Minocycline increases quality and longevity of chronic neural recordings

J Neural Eng. 2007 Jun;4(2):L1-5. doi: 10.1088/1741-2560/4/2/L01. Epub 2007 Jan 24.


Brain/machine interfaces could potentially be used in the treatment of a host of neurological disorders ranging from paralysis to sensory deficits. Insertion of chronic micro-electrode arrays into neural tissue initiates a host of immunological responses, which typically leads to the formation of a cellular sheath around the implant, resulting in the loss of useful signals. Minocycline has been shown to have neuroprotective and neurorestorative effects in certain neural injury and neurodegenerative disease models. This study examined the effects of minocycline administration on the quality and longevity of chronic multi-channel microwire neural implants 1 week and 1 month post-implantation in auditory cortex. The mean signal-to-noise ratio for the minocycline group stabilized at the end of week 1 and remained above 4.6 throughout the following 3 weeks. The control group signal-to-noise ratio dropped throughout the duration of the study and at the end of 4 weeks was 2.6. Furthermore, 68% of electrodes from the minocycline group showed significant stimulus-driven activity at week 4 compared to 12.5% of electrodes in the control group. There was a significant reduction in the number of activated astrocytes around the implant in minocycline subjects, as well as a reduction in total area occupied by activated astrocytes at 1 and 4 weeks.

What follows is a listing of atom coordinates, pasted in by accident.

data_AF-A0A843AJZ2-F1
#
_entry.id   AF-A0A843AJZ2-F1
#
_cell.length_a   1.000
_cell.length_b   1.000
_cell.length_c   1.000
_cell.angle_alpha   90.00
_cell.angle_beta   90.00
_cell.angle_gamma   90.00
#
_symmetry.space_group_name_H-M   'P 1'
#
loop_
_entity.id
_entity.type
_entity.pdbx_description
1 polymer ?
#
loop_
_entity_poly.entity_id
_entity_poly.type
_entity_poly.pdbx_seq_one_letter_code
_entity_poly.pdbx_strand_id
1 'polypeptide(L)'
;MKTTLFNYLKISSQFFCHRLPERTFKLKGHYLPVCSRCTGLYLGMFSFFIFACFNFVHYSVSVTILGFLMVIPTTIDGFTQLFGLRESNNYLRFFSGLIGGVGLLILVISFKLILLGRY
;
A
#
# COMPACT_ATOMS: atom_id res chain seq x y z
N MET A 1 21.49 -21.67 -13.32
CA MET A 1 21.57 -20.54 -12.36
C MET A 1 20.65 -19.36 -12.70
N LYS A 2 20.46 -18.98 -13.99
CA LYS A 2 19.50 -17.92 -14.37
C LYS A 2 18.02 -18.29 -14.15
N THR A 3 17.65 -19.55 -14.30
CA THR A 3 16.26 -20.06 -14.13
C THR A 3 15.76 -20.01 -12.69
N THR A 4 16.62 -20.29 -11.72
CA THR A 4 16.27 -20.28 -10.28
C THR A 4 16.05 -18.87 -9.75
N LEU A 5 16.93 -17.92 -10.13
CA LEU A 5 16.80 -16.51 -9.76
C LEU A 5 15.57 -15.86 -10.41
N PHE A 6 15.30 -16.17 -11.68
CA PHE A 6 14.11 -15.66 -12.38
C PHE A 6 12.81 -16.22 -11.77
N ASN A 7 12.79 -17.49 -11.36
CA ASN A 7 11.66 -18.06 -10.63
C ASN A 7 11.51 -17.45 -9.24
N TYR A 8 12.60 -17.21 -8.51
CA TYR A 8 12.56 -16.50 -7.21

Publication types

  • Research Support, Non-U.S. Gov't

MeSH terms

  • Action Potentials / drug effects
  • Action Potentials / physiology*
  • Animals
  • Auditory Cortex / drug effects
  • Auditory Cortex / physiology*
  • Evoked Potentials, Auditory / drug effects
  • Evoked Potentials, Auditory / physiology*
  • Male
  • Minocycline / administration & dosage*
  • Neurons, Afferent / drug effects
  • Neurons, Afferent / physiology*
  • Neuroprotective Agents / administration & dosage*
  • Rats
  • Rats, Long-Evans
  • Reproducibility of Results
  • Sensitivity and Specificity


  • Neuroprotective Agents
  • Minocycline